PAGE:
San Francisco teachers to get 12% pay hike in three years
SAN FRANCISCO — Besides turkey and pumpkin pies with families last Thanksgiving Day, San Francisco public school teachers had one more dish to savor — a tentative contract agreement between the city’s Unified School District (SFUSD) and the teachers’ union paving the way for a 12-percent pay raise over three years for teachers, paraprofessionals and other educators.
This financial settlement is one of the largest recent tentative contracts for any urban school district in the State the California, and a step towards helping teachers to live in San Francisco.
Newly reelected to SFUSD Board of Education for a third straight term, Filipino-American Hydra Mendoza was elated that a contract with the United Educators of San Francisco (UESF) was settled.
“With an increase of 12 percent over three years for all the teachers, their salaries will go up from $50,000 to $56,000 annually. And all of the para professionals, the ones that work as assistants who usually work with children with special needs will also get the same increase,” Mendoza explained.
“We have been in negotiation for about 11 months now and so finally we were able to settle their contract so there won’t be a strike, the teachers will get a little more money every year. And we are really very happy about that,” she added.
SFUSD Superintendent Richard Carranza believes that there must be an investment in the people who are charged with teaching and supporting students to ensure that the latter get the education they need to be successful.
“We have ambitious and urgent goals for what we want every SFUSD graduate to be able to know and do,” explained Carranza. “While it is a financial stretch for the school district given that state funding is still not even back to 2007 funding levels, we have thoroughly analyzed the numbers and feel this is a fiscally responsible and fair agreement.”
In an interview, Mendoza disclosed that the last salary increase before today was a few years ago although the teachers had a regular one-percent step increase that automatically happens.
“The teachers did not have a raise since 2008 when the (economic) crash came and we had to cut everything,” Mendoza related. “We did not give any increase to our teachers who even took furlough days resulting to fewer days of work when they used to have 184 working days in a school year. This went on for several years before it was eventually restored. That is why we are happy that this time we were able to give them a decent salary raise.” She also stressed that the rate will be retroactive to July 1, 2014.
For his part, UESF President Dennis Kelly thanked the thousands of parents who supported them during the contract negotiations.
“With this positive development, I pledge to continue working on issues of affordability in San Francisco,” Kelly announced. “This contract is just the first step in our ongoing advocacy for stable schools that meet the needs of all students, rooted by teachers who live in the communities we serve.”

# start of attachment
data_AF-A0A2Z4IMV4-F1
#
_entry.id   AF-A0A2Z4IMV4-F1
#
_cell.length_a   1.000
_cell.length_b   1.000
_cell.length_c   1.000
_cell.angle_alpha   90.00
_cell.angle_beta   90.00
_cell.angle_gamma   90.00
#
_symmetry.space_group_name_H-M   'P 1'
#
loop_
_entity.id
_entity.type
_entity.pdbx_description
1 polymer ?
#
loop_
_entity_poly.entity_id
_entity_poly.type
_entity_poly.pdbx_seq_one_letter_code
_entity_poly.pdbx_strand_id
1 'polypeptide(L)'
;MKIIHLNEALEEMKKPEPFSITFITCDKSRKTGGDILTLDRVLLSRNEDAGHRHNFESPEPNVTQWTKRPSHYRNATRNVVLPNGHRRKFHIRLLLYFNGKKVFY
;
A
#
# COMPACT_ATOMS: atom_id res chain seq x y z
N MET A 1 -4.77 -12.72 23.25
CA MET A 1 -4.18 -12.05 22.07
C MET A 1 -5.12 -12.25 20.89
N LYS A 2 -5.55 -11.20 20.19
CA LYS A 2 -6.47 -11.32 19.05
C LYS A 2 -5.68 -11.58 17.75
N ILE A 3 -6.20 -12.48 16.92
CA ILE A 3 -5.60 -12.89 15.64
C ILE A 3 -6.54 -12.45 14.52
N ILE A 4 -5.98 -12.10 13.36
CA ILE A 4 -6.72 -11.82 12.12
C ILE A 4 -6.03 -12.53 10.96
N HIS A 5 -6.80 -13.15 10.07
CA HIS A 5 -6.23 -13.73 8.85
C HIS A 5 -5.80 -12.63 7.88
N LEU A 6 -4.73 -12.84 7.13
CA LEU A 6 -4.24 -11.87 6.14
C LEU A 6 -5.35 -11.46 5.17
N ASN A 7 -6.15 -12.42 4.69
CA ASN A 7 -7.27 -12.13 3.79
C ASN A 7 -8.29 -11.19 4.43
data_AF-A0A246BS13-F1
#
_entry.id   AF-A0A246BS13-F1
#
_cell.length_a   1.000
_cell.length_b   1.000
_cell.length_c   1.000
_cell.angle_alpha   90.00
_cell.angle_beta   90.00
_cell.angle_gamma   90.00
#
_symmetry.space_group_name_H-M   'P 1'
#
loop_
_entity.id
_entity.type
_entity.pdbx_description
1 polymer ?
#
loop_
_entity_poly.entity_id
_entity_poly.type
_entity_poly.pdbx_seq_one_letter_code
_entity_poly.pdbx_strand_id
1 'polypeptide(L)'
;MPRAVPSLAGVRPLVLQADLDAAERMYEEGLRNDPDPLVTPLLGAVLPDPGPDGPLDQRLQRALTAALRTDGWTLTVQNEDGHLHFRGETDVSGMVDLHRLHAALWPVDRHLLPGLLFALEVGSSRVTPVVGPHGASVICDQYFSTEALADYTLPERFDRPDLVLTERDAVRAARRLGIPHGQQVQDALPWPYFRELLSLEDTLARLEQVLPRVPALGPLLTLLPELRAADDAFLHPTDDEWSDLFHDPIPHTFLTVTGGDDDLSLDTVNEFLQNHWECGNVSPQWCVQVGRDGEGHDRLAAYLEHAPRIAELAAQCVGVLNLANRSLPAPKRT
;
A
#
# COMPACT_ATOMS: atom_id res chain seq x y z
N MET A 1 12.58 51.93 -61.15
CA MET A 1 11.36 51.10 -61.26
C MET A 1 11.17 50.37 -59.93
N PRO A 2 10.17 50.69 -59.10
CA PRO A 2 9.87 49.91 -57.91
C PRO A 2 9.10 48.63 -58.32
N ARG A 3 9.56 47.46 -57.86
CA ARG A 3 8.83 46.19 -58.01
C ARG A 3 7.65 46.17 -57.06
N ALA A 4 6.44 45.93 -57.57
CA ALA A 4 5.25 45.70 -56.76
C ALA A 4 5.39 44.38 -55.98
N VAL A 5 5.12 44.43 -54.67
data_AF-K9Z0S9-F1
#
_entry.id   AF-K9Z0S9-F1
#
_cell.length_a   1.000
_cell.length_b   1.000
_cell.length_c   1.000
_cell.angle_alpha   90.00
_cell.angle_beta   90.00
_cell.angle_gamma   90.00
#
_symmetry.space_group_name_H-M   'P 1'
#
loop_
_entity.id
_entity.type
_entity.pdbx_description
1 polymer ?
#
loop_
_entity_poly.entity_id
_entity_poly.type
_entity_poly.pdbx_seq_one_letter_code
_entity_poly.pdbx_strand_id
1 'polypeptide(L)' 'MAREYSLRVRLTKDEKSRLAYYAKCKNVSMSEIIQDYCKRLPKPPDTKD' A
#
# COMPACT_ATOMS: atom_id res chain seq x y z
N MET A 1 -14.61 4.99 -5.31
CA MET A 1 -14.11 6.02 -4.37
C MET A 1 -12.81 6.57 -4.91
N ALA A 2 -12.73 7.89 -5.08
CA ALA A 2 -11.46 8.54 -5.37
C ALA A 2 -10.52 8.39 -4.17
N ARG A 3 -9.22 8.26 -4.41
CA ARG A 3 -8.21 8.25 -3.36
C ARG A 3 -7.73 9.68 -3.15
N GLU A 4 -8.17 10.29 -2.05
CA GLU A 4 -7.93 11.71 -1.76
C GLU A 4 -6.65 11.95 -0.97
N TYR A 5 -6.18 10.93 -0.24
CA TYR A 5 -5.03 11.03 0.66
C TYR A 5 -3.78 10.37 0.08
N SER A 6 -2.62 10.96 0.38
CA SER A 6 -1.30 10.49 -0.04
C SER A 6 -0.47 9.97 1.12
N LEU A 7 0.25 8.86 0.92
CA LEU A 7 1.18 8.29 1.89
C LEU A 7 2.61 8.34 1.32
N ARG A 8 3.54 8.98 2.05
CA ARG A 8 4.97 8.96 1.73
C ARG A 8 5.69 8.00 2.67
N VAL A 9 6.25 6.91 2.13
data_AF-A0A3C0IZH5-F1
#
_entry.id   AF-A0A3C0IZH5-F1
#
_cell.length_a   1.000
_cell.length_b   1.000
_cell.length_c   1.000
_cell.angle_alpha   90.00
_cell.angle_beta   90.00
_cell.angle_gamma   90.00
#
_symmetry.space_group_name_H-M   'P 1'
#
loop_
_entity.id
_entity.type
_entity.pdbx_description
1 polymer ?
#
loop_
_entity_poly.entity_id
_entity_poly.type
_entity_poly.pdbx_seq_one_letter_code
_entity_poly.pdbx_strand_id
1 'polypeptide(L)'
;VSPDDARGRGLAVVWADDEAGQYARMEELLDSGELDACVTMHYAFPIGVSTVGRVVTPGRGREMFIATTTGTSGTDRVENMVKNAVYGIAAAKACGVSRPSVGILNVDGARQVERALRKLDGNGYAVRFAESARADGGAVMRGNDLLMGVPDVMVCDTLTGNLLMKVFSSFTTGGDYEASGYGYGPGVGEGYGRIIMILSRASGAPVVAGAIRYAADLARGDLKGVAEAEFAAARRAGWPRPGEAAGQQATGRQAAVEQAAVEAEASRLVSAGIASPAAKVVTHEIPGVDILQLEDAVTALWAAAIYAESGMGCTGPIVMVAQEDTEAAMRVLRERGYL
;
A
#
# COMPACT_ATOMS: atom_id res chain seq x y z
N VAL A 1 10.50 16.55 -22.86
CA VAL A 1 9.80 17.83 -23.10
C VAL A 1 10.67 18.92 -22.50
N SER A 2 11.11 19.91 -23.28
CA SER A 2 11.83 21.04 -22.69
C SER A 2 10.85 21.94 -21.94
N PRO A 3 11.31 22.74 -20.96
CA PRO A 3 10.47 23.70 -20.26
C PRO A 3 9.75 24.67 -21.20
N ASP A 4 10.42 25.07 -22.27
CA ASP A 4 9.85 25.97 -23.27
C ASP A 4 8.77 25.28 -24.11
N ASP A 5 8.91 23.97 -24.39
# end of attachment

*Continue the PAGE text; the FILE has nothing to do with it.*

The tentative agreement also provides additional compensation for more than 70 percent of SFUSD’s current para workforce. Those who have worked at least eight years in the district will receive an additional step increment of three percent, bringing their three-year salary increase to 15 percent.
In addition to state revenues, the financial settlement is possible because of the support of San Francisco voters. The Quality Teacher and Education Act (QTEA), passed by voters in June 2008, will provide revenue to support 1.5 percent of the 12 percent raise to all UESF members. The intent of QTEA is to provide funds to support teacher salaries, professional development and resources for technology and innovation.
Other important changes to benefit the student as a result of the tentative contract include a significant increase in elementary teacher preparation time within the workday, which will go from 60 minutes per week to 150 minutes per week.
There will be additional hours for high school counselors to support students in meeting graduation requirements, graduating on time, successfully transitioning into college or career and the lowering class size goals for transitional kindergarten classrooms to 22 students per class..
The SFUSD Board of Education will vote on the agreement at an upcoming meeting while San Francisco teachers will have the opportunity to vote on it by mail, with ballots due by December 11, 2014
On the possibility that other cities would follow suit after the San Francisco teacher’s salary increase, Mendoza aired that other cities do that a lot more with policy, but not necessarily with salary because cities have different resources.
“We have a voter-approved money (source) that’s why our salary increase is the highest in the state. So that is a lot of money that we are giving to the teachers. No other district has given this much,” Mendoza emphasized as she also enumerated that other benefits teachers already have include medical, dental and other benefits.
While happy for their San Francisco counterparts, Filipino American teachers from other districts generally wished that they too would at least get some good news about their own wages.
“Here at Los Angeles Unified School District, those who agreed on 2 percent (salary) increase got their share already. But for those who are still fighting for a 10 percent increase, it is still a big question mark,” teacher Jane Jose divulged.
A southbay mentor Norrie Cruz related, “East Side Union High School District in San Jose right now has no contract. Currently we are observing no work beyond the 7.5 hours in school.”
“Why just San Francisco? We should all get a raise!” uttered Chrissy, a teacher from Jefferson Elementary School District.
“Hmmm, not fair,“ butted in co-teacher Melanie from Daly City.
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